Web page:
is a famous industrialist, businessman,
and philanthropist of the late nineteenth
and early twentieth centuries. He built
the Carnegie Steel Company (which eventually
became U.S. Steel) through which Carnegie
amassed a fortune. He used his money to
found the Carnegie Corporation of New
York, the Carnegie Mellon University,
and the Carnegie Endowment for International
Peace as well as numerous libraries and
Carnegie was born on November 25, 1835
in Dunfermline in the United Kingdom and
immigrated with his parents to the U.S.
in 1848. Carnegie and his family settled
in Allegheny, Pennsylvania where, at the
age of 13, Carnegie took his first job
as a bobbin boy at a local cotton mill.
He worked for twelve hours a day, six
days a week for $1.25 per week in wages.
Two years later Carnegie took a job as
a messenger boy for the Ohio Telegraph
office in Pittsburgh for $2.20 a week.
working as a messenger, Carnegie was exposed
to the works of Robert Burns as well as
to the theatre. His uncle, a grocer in
Dunfermline, introduced young Carnegie
to the writings of Robert Burns and had
him memorize his teachings on democracy
and the heroic tales of Rob Roy, Robert
the Bruce, and William Wallace. In addition
to his readings, Carnegie would often
convince theatre managers to let him watch
shows for free after delivering messages.
The works of Burns and the art of Shakespeare
helped Carnegie form ideas and passions
that lasted his entire life.
had little formal education. Instead,
the boy was mostly self-taught; educating
himself with the help of Colonel James
Anderson who opened his library to working
boys once a week. Carnegie always borrowed
books and eventually taught himself economics,
culture, and the telegraph. His study
of the telegraph led him to his next job
with the Pennsylvania Railroad Company
in 1853 as a telegraph operator.
quickly advanced through the business
and became the the superintendent of the
Pittsburgh Division of the Railroad at
the age of eighteen. Two years later Carnegie
began investing his savings and put $500
into a firm called Adams Express. The
firm was very successful and helped Carnegie
build capital which he continued to reinvest
in the industry. . He bought stock in
sleeping cars and railroad industries,
including iron and rails, which helped
him accumulate more capital for later
interest in sleeping cars gave Carnegie
the connections to assist the Union army
during the civil war, too. With his railroad
connections, Carnegie was able to move
the army and munitions to battle and his
travels opened investment opportunities
in oil and iron that were needed for the
war. It was the introduction to the steel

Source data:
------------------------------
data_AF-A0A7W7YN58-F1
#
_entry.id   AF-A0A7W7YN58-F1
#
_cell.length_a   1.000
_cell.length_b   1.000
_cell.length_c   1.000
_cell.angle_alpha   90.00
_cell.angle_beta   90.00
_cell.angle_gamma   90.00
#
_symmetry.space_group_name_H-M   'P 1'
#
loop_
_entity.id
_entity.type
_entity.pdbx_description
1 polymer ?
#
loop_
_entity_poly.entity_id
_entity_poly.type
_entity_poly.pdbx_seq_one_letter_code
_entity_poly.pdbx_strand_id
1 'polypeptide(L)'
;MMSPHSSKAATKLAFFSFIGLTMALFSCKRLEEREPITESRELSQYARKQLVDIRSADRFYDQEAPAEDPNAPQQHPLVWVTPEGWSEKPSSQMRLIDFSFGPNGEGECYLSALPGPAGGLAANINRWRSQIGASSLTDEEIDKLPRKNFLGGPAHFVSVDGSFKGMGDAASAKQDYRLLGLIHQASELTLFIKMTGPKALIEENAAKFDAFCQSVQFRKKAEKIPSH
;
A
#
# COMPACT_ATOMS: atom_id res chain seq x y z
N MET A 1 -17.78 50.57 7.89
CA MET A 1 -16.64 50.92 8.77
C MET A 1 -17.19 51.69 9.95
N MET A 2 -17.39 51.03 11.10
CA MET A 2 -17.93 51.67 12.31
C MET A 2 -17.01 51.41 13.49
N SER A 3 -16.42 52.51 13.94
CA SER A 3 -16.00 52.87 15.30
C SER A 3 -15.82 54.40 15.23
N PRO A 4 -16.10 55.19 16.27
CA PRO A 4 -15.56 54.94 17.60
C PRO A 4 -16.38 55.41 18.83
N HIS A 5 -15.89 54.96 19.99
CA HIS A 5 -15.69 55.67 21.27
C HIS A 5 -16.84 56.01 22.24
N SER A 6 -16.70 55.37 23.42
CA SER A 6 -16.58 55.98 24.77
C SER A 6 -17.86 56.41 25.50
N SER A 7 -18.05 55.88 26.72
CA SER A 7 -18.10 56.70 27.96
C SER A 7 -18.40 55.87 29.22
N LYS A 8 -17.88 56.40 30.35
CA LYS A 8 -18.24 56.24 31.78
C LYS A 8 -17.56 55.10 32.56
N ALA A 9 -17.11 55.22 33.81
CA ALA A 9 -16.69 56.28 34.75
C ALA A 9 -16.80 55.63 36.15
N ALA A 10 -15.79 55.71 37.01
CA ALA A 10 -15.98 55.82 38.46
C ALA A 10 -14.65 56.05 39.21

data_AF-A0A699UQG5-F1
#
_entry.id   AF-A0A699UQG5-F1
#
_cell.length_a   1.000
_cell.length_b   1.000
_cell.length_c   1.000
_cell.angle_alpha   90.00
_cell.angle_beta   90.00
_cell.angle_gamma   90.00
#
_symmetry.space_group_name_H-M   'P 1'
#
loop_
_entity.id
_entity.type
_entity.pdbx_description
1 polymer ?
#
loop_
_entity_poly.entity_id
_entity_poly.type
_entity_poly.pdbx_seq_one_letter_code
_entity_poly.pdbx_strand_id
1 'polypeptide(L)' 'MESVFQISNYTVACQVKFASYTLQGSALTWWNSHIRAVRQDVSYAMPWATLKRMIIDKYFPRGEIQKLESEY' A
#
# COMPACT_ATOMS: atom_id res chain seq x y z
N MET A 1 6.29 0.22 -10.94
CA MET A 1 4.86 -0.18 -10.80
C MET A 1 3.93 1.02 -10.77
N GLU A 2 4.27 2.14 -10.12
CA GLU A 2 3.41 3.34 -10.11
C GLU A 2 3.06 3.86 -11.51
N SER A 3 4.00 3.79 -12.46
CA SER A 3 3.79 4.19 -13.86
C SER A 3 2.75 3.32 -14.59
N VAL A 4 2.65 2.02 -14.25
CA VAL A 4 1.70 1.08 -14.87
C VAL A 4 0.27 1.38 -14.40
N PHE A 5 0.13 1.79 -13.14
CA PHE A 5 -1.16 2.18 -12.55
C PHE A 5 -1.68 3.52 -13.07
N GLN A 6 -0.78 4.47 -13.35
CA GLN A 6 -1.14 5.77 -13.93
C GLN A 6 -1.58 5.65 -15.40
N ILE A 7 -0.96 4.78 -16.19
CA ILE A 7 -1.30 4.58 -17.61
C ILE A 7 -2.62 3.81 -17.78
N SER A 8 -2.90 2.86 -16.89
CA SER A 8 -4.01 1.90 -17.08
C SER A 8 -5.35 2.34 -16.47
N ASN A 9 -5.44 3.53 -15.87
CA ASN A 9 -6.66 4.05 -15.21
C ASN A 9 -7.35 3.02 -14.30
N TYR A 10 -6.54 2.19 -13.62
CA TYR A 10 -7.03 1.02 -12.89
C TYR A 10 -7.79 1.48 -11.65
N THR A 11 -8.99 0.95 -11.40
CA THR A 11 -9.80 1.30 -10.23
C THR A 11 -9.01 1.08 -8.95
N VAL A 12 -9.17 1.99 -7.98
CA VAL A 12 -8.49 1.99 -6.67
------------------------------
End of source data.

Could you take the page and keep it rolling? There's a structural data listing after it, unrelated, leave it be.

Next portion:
and iron businesses (needed to make gunboats,
cannons and shells for war) that gave
Carnegie the motivation to focus on steel
as his next project venture.
the Civil War ended, Carnegie left the
railroad business and focused on ironworks.
He formed The Keystone Bridge Works and
the Union Ironworks, both of which helped
build and develop better infrastructure
for the Pennsylvania Railroad Company.
His passion for steel and business eventually
led him to purchase a rival company, Homestead
Steel Works in 1888 which included coal
and iron fields, a railway, and a line
of steamships. With his new assets, Carnegie
formed the Carnegie Steel Company in 1892.
By this time Carnegie had already purchased
multiple other steel companies and was
known as the largest steel producer in
1901, Carnegie, with the help of John
Pierpont Morgan, consolidated his companies
and eliminated duplications between them,
helping to make Carnegie's businesses
run more efficiently under one system.
The new company was named the United States
Steel Corporation. Morgan organized a
trust which held the holdings of the company
and allowed Carnegie to retire from business.
The company was then bought out by Charles
M. Schwab for an estimated $480 million.
Carnegie retired with over $250 million
in personal wealth.
this large sum of money, Carnegie set
out to fund schools and libraries in hopes
of educating the world. After his retirement
in 1901, Carnegie spent most of his time
creating and promoting libraries in the
United Kingdom as well as the United States.
He also donated millions to universities
and formed the Carnegie Institute of Technology
(now part of Carnegie Mellon University)
and gave $2 million to assist in Scottish
addition to educational institutions,
Carnegie promoted and funded organizations
dedicated to the education of African-Americans,
built the Carnegie Hall in New York City,
founded the Carnegie Hero Fund and the
Carnegie Endowment for International Peace.
Carnegie died on August 11, 1919 in Lenox,
Massachusetts and is buried at Sleepy
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